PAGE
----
Appellate Judge Rob Lineberger tried to shake his head, but that's remarkably hard to do inside of a 40-pound foam rubber helmet—particularly when famed wrestler Godozan had him in a full nelson.
"A cross between The Muppets and Godzilla."—The New York Times
Two thousand, one hundred fifty-one titles in the Internet Movie Database have the keyword "love." When you combine "love" with "pro wrestling," "Buddhist temple," "squid," and "human becoming animal," the list surprisingly narrows down to one title: The Calamari Wrestler.
The picture plays out just like it sounds: Giant calamari and octopi step into the ring to dish out figure-four leg locks and reverse Northern suplexes (suplexi?). Their human opponents are no match for multiple tentacled invertebrates. But will the Calamari wrestler ever be loved? Perhaps…if the rumors are true, and the Calamari wrestler is indeed the transmuted former champion, Kan-ichi Iwata. If so, current champ Koji Taguchi will have to come up big to retain his girlfriend Miyako.
The Calamari Wrestler is a no-budget effort by Japanese newcomers. It parodies everything from Rocky to Godzilla to The Empire Strikes Back while satirizing Japanese government and culture. The gag is basically a guy in rubber suit played straight in the midst of a stone-faced cast. The Calamari Wrestler sincerely wants to be the funniest movie of its kind you've ever seen, and it lands big with many people because of its heart, sense of fun, and audaciously straight presentation. Critics are almost required to rubber-stamp movies like these, if only to keep the rest of the human race from accusing us of having no sense of humor. Indeed, I wish it had tickled my funny bone as much as it did for others, but I found it too deadpan, and not as weird as it wanted to be. Though it clocks in at a modest 86 minutes, The Calamari Wrestler felt like a three-hour epic. If you get into its groove, this is good because The Calamari Wrestler packs so much parody into a brief run time. If not, it will fail the watch test; Mothra, Godzilla, and their ilk are funny precisely because they aren't supposed to be.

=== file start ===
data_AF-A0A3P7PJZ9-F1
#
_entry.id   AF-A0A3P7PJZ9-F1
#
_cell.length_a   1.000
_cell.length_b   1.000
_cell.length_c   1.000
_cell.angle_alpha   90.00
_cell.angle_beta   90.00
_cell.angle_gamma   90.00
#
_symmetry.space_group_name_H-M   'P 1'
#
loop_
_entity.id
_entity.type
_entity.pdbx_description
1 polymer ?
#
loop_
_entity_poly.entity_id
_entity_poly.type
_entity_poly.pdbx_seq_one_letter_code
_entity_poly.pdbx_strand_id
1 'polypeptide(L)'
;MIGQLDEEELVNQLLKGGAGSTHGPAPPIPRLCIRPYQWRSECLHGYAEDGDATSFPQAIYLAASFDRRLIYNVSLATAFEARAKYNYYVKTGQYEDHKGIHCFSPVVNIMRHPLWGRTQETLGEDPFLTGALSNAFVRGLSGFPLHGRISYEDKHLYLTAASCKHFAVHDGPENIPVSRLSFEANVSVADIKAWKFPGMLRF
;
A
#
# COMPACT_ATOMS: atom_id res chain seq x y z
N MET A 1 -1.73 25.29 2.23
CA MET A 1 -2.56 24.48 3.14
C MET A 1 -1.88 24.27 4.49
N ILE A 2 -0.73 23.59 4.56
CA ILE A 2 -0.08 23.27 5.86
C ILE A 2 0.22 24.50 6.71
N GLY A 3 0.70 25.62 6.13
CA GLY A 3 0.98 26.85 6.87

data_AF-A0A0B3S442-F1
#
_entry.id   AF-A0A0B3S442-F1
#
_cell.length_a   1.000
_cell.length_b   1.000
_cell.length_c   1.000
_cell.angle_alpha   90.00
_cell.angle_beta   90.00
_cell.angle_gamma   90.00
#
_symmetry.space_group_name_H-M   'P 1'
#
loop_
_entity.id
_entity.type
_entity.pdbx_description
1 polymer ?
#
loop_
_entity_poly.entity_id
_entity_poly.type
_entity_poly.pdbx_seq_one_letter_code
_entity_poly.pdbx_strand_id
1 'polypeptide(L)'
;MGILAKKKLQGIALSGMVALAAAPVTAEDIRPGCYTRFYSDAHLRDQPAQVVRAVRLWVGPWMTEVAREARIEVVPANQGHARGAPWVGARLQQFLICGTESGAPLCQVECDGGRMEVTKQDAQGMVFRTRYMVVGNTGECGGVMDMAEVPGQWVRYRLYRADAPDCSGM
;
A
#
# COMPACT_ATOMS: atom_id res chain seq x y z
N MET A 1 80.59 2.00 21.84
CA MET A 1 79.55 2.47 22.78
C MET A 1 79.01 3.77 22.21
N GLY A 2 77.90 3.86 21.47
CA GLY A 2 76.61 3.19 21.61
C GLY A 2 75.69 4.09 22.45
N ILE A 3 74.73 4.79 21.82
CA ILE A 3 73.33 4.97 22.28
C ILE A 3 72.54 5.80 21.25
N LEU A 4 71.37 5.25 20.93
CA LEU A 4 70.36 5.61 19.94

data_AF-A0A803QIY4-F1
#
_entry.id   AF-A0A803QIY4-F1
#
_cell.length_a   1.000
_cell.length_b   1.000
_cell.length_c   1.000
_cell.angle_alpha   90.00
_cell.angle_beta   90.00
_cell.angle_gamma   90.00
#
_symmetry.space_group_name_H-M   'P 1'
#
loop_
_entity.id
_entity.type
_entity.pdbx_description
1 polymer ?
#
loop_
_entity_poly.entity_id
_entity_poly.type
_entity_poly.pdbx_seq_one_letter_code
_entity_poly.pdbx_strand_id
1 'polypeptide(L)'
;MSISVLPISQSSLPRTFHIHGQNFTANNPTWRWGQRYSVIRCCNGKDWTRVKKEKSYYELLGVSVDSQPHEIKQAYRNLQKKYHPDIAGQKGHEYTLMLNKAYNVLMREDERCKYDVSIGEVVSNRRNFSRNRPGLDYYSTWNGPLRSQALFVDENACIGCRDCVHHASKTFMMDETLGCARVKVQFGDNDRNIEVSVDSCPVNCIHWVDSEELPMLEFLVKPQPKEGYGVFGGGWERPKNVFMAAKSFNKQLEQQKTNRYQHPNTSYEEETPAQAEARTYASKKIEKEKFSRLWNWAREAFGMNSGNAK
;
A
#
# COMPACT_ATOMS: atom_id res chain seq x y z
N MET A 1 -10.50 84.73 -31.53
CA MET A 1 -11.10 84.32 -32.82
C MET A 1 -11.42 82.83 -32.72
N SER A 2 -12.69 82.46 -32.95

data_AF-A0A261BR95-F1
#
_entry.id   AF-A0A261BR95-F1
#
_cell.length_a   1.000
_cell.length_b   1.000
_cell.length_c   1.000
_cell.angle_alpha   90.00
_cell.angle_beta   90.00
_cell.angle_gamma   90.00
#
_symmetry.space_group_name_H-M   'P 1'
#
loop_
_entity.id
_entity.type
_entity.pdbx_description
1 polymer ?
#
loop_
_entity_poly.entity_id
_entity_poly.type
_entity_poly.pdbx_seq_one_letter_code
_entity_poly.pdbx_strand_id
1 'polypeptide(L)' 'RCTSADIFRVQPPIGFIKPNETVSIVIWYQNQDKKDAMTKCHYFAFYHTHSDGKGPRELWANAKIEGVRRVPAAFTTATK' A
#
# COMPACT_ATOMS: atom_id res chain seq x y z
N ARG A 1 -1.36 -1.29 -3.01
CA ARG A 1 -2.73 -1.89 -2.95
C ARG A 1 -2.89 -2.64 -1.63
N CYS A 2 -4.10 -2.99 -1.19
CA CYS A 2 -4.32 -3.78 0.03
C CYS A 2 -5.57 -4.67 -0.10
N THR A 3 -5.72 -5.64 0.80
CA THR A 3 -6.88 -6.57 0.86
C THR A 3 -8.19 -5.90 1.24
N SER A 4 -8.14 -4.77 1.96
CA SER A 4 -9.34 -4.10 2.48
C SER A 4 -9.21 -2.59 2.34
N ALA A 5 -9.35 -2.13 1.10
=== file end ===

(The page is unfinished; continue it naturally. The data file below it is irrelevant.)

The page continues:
Don't think that my stunted response to The Calamari Wrestler is a condemnation. I didn't find it hilarious, but there's a high potential that you will. My problem with it was twofold. First, I didn't get it for almost 25 minutes, because I though the Calamari wrestler was actually a guy in a rubber suit doing pro wrestling, not a guy in a rubber suit being accepted as an actual calamari by the characters in the movie. He had boots on, for cryin' out loud! He's not an actual invertebrate. Anyway…the second problem was that I've been on a Beastie Boys kick lately and watched the umpteen versions of the "Intergalactic" video on the Criterion Collection DVD. I couldn't help but compare The Calamari Wrestler unfavorably to the briefer, but just as rich, "Intergalactic" parody of giant monster movies. The octopus suits were even similar. Both of my problems were highly idiosyncratic, and you probably won't have the same issues. The "Intergalactic" comparison might not even be fair, because for all I know the budget for that four-minute video might have been 50 times more than the budget for this entire movie.
If it does strike your fancy, be prepared to laugh at shots of Calamari out shopping, handing back exact change with his tentacles. Watch him putting the moves on Miyako from ten feet away, or holding her hand against a russet sunset. Tremble as the ominous Squilla comes out of nowhere to threaten Calamari's happiness, manically dishing out wicked shrimp punches to Calamari's bulbous head. Expect a barrage of subtle (and unsubtle) pop culture references, social satire, and barely restrained laughter from everyone in the cast.
Pathfinder's treatment is impressive for such an offbeat flick. The video has a uniformly yellowish cast with softness and poor detail, but the transfer is clean, uncut, and anamorphic. The cheesy sound effects come through clearly. Pathfinder has included two brief TV spots, two similar trailers, and a still gallery. There's a surprisingly serious-looking music video from an intense, anonymous Japanese woman. But the best feature is the making-of, which shows what we all want to see: guys horsing around in foam shrimp suits while bikini-clad beauties giggle in the background. The subtitles drop out in the middle of this feature, and it dwells overlong on stuff that bored me the first time around, but as a montage of behind-the-scenes antics it gets the job done.
Whether you sit in solemn silence or erupt into peals of laughter, you've probably never seen a movie hit these particular buttons at the same time. After all, it isn't often that one gets to watch monks perform the ritual of Seafood Soul Purification while tear-streaked maidens look on in apprehension.
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